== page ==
The Big Food industry also uses carbohydrates and sugar in a misleading way - there are over 50 other terms used in food labels to indicate added sugars. The traffic light system of sugar content is gamed by adjusting the recommended portion size rather than removing the ingredient. Why do they do this? Sugar makes food taste good, so you’ll buy more. Sugar also has some preservation properties to lengthen the shelf-life, and adding certain carbohydrates such as rusk to sausages bulks out the product, making you feel like you’re getting value for money.
Seeing things clearly
Continuous glucose monitoring (CGM) technology, such as that used by Limbo, shows how quickly and how much energy enters the blood after a meal, before the body responds to use it up or store the excess. When Limbo members begin the programme they typically spend the first few days eating their usual diet, often the food routine they have followed for decades. They are shocked and dismayed to find those foods are a metabolic disaster, sending their blood glucose all over the place.
With a clear picture of what their diets are doing to their bodies, members begin to make changes to bring their blood glucose into balance. Guided by messages in the app they switch their food strategy, towards protein and fat (not away from it), and start to see success. Changing their food choices impacts not only with their weight, but their energy levels, focus and a host of other parameters. Excessive eating of carbohydrates does more than make us put on weight. A well-known side effect of a carbohydrate-heavy diet is a regular brain fog and lethargy.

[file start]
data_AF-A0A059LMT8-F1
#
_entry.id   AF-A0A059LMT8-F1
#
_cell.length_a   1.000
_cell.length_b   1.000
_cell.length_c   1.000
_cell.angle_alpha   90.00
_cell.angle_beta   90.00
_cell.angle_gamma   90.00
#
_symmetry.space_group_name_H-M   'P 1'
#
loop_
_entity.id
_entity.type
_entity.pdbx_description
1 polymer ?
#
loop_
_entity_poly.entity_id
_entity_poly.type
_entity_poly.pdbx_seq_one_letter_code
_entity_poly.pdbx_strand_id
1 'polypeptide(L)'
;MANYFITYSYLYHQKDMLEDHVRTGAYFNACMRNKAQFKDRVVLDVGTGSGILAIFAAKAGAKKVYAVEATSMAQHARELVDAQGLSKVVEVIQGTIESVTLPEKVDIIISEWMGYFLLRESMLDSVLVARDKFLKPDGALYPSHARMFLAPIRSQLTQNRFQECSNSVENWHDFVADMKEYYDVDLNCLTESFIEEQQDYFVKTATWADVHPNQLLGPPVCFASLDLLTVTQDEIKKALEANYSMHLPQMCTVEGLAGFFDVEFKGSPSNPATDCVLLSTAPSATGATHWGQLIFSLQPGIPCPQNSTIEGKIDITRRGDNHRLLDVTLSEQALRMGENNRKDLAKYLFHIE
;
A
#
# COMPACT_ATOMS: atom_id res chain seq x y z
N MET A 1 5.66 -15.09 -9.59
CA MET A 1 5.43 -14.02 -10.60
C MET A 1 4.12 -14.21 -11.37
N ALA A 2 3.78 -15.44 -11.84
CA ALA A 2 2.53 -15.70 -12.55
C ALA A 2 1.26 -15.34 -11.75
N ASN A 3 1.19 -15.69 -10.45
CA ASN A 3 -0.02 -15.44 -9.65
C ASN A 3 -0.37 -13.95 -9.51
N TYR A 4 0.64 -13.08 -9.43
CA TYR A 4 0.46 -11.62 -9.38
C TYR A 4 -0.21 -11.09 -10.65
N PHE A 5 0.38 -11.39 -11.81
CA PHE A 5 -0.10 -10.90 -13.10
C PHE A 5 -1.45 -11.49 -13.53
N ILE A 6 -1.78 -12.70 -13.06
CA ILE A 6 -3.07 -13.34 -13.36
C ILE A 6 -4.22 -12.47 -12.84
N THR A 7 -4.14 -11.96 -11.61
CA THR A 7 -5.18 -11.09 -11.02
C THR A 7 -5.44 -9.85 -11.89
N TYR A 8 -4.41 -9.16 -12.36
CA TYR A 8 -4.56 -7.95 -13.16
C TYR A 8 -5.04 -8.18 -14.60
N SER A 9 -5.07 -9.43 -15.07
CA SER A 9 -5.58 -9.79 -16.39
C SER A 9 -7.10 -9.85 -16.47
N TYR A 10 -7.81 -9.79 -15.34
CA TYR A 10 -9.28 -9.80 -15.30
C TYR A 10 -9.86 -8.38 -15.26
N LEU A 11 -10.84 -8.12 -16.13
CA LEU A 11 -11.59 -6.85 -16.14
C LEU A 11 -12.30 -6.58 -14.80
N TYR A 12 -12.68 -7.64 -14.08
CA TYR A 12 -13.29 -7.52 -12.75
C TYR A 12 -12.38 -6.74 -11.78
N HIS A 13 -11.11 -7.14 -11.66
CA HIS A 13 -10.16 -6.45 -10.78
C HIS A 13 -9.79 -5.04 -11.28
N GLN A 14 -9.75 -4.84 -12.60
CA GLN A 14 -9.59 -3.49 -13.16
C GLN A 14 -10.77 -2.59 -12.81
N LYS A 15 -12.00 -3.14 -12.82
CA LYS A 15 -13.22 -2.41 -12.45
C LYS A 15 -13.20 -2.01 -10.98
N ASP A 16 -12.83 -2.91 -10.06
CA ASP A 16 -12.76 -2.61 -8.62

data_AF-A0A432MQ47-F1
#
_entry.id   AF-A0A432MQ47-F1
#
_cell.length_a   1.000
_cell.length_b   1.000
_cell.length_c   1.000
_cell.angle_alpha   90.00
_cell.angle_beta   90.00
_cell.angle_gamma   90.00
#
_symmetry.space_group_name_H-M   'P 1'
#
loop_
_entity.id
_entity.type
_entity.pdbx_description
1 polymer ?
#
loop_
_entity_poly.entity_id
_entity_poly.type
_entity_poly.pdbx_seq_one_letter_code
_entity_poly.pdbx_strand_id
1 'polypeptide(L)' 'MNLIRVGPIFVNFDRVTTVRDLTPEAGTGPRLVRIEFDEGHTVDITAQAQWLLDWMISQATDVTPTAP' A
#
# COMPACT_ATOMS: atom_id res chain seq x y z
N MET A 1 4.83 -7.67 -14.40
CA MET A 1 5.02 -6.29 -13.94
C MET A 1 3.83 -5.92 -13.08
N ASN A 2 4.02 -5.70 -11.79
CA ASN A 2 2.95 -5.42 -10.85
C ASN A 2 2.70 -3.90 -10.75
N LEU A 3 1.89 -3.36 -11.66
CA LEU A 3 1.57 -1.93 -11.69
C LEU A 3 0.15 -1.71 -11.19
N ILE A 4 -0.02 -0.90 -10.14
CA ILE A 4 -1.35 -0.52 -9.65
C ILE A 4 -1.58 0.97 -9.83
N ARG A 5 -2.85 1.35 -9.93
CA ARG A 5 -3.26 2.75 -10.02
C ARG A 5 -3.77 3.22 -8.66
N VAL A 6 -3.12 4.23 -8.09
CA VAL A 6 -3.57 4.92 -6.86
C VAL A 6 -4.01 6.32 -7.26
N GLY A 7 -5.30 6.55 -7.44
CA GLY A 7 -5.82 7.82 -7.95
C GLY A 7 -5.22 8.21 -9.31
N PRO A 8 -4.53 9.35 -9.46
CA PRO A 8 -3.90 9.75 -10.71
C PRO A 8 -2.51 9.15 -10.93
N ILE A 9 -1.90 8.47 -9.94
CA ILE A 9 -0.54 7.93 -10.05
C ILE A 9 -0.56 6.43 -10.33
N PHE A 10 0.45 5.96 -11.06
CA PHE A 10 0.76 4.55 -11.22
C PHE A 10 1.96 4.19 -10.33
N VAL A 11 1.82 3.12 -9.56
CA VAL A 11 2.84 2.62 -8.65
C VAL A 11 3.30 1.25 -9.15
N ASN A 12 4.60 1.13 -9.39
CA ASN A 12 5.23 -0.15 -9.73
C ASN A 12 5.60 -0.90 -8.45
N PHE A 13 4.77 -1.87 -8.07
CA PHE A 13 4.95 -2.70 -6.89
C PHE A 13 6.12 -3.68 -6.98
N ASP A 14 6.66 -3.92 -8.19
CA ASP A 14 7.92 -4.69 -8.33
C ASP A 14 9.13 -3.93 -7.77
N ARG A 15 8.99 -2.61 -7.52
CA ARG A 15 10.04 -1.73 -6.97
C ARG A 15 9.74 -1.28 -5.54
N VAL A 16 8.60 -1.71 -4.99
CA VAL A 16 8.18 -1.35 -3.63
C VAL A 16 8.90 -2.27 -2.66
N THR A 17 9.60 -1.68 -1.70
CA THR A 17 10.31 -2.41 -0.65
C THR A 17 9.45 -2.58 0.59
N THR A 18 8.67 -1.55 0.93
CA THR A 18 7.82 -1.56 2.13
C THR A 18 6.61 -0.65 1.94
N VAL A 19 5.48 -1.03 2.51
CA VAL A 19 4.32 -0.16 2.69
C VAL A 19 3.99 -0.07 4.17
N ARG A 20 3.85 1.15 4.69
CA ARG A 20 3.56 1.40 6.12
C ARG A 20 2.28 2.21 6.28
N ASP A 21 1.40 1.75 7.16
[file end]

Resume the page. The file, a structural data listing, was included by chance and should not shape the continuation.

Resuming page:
Time for a re-think
While we’ve been busy avoiding fat and swapping sugar for synthetic alternatives we have ignored the real culprit hiding under the guise of another name. It’s time for a re-think.
This mistake is not an aberration, though. It’s a society-wide mistake, which we’re now seeing borne out in data. The standard, sugar/carb-rich foods that people are socialised into thinking as part of a ‘normal’ diet are driving obesity.
Our diets of cereal, porridge or toast for breakfast, sandwich for lunch, meat and starch for dinner, interspersed with a huge array of processed drinks and snacks, have become the norm. These eating patterns are driving the obesity and health crises.
Humans have millions of years of genetic heritage, but only about 12,000 years of agriculture, and only 50 or so years of cheap, mass-produced food. Our hunter-gatherer bodies don’t let any energy go to waste and have evolved to always prepare for food scarcity — a bad winter, no crops, famine — that will likely never arrive. More people today are at higher risk of death from obesity-related illness than of starvation.
If you don’t use up all of the energy that you put into your body you will put on fat. It’s a certainty because that’s what your body does. And it’s really good and very efficient at it. Carbohydrates are quickly turned into energy, usually too quickly for us to use before our bodies start storing it away. Your body doesn’t have to do too much work to get that energy either. Protein and fats, on the other hand, require your body to invest energy in using them.
So, if you’re trying to lose weight start worrying less about fat, and more about sugar and carbohydrates.